Megalodon Distinct from Huge Great Whites: Study

A new study by a team of shark experts challenges the common assumption that megalodon, the largest shark ever, was a giant version of the modern great white shark.

Megalodon’s body shape

Megalodon (Otodus megalodon) was one of the most formidable predators in Earth’s history, reaching lengths of up to 24 meters and weighing more than 50 tons. However, its appearance and lifestyle have been largely based on speculation, as no complete skeleton has ever been found. Only its teeth and some vertebrae have been preserved in the fossil record.

For decades, scientists have used the great white shark (Carcharodon carcharias) as a model for megalodon’s body shape, assuming that they were closely related and had similar adaptations. However, a new study published in Palaeontologia Electronica by 26 shark experts from around the world challenges this view and proposes a different reconstruction of megalodon based on new fossil evidence and biomechanical analysis.

The study’s lead author, Kenshu Shimada, a paleobiologist at DePaul University in Chicago, says that using the great white shark as a template for megalodon is problematic because it relies on “tenuous assumptions” about their evolutionary relationship and scaling factors.

Shimada and his colleagues reexamined a partial fossilized vertebral column of megalodon housed in a Belgian museum, which was previously used by another team of researchers to estimate its body length at 15.9 meters. The new study found that this specimen was incomplete and missing many vertebrae at both ends of the column. Moreover, the study found that megalodon’s vertebrae were relatively thin and weak compared to those of great white sharks, suggesting that it had a more slender body shape and less muscular power.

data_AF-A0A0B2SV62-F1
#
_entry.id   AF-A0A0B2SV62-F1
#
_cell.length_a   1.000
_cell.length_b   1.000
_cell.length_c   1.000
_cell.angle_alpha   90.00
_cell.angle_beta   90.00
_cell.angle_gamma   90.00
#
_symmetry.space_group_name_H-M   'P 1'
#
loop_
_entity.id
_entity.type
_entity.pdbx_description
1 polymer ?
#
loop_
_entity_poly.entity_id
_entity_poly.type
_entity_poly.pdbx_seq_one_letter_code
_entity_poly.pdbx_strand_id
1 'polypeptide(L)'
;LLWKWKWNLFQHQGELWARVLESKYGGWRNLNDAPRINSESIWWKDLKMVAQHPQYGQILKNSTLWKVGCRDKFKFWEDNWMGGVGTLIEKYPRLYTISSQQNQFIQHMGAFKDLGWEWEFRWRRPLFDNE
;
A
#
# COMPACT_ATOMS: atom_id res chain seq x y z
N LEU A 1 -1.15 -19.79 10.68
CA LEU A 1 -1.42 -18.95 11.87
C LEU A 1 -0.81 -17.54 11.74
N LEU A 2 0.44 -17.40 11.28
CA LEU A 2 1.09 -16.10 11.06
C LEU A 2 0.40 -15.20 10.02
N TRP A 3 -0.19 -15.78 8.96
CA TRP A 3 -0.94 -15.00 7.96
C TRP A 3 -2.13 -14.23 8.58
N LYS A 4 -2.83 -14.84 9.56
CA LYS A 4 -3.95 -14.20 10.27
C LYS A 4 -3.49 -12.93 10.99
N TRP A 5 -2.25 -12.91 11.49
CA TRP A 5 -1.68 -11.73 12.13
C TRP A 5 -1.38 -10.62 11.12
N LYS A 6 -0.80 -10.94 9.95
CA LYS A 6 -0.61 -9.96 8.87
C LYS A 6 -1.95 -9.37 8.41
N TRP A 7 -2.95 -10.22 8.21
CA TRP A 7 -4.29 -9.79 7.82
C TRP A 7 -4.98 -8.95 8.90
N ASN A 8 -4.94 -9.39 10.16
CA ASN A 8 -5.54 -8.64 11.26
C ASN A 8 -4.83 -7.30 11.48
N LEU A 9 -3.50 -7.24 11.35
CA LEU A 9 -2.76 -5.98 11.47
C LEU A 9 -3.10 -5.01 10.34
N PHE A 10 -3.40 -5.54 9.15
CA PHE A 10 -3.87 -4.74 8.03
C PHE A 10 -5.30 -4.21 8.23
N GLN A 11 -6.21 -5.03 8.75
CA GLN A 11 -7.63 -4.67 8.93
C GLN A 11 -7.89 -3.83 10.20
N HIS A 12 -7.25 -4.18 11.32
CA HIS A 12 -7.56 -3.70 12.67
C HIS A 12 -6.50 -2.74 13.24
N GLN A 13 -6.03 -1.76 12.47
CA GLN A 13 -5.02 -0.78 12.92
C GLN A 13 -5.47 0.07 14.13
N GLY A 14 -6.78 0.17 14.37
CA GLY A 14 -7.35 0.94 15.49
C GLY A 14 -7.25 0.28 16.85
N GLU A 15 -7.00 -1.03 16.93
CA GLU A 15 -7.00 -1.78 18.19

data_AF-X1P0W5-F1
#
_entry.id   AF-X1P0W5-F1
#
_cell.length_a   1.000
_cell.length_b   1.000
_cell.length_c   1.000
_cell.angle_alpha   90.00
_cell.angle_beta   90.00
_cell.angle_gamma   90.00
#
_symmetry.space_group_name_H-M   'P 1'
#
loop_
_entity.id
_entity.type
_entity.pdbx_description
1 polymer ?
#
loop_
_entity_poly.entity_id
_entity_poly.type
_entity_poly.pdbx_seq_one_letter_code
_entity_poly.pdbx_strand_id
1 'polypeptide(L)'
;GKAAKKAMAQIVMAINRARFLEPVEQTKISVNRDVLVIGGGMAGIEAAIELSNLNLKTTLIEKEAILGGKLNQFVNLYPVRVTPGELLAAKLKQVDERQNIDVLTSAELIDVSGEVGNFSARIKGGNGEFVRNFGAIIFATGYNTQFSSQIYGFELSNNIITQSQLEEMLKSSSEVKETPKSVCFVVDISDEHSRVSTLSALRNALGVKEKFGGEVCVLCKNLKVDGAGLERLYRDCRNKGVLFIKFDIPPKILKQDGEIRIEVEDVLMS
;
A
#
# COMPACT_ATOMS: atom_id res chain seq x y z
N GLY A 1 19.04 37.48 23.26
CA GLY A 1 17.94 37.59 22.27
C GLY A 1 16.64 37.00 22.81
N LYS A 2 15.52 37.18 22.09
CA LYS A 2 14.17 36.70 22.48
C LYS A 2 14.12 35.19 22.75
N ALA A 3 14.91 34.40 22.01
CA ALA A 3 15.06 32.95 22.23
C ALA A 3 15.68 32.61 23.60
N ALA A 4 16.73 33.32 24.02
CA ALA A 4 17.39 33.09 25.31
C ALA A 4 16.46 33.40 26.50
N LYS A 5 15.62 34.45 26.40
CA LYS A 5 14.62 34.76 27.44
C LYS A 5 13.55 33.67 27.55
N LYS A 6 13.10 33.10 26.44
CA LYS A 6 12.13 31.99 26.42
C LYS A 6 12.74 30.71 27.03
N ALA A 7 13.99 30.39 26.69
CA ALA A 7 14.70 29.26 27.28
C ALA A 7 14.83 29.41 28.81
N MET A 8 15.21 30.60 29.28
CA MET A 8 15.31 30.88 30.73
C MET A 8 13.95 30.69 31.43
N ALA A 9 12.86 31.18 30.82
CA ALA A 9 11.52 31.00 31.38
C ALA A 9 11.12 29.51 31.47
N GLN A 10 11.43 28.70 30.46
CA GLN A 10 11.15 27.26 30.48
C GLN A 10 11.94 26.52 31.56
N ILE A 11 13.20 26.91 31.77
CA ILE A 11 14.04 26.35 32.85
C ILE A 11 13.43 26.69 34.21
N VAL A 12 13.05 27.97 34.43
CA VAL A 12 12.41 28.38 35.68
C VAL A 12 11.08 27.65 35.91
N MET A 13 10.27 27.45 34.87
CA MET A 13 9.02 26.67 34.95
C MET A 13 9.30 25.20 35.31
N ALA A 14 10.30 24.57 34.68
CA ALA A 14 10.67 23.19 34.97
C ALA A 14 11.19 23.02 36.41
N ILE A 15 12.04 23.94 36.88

According to Shimada, megalodon’s body shape was more similar to that of modern thresher sharks or pelagic sharks, which are long and streamlined for efficient swimming over long distances. He estimates that megalodon could reach up to 24 meters in length, making it 20 percent longer than previously thought.

Megalodon’s hunting strategy

The study also implies that megalodon had a different hunting strategy than great white sharks, which are known for their ambush attacks on seals and other prey from below. Great white sharks rely on their powerful muscles and fast acceleration to deliver devastating bites with their serrated teeth, often severing limbs or causing massive blood loss.

Megalodon, on the other hand, may have been more of a pursuit predator, chasing down large whales and other marine mammals over long distances. Its teeth were not serrated but smooth-edged, indicating that it used them to grasp and hold onto its prey rather than slicing through flesh. Megalodon may have also used its massive body size to ram or crush its prey with brute force.

Charles Underwood, a co-author of the study and a paleontologist at Birkbeck, University of London, says that megalodon’s hunting style was “less of an ambush predator” and “more straight pursuit”. He adds that megalodon “wouldn’t be hovering over the sea floor waiting for a whale to move above it and then slamming into it from below”.

Megalodon’s extinction

Megalodon ruled the oceans for about 20 million years, from the early Miocene to the late Pliocene epochs. However, it went extinct around 3.5 million years ago, leaving behind only its fossilized teeth and vertebrae as clues to its existence.

The exact cause of megalodon’s extinction is still debated, but some possible factors include climate change, competition with other predators, and decline in prey availability. The study suggests that megalodon’s body shape and hunting strategy may have also contributed to its demise, as it was less adaptable to changing environmental conditions than its smaller and more agile relatives.

Shimada says that megalodon’s extinction is “a reminder that even the most seemingly invincible animals are ultimately vulnerable to environmental changes”.

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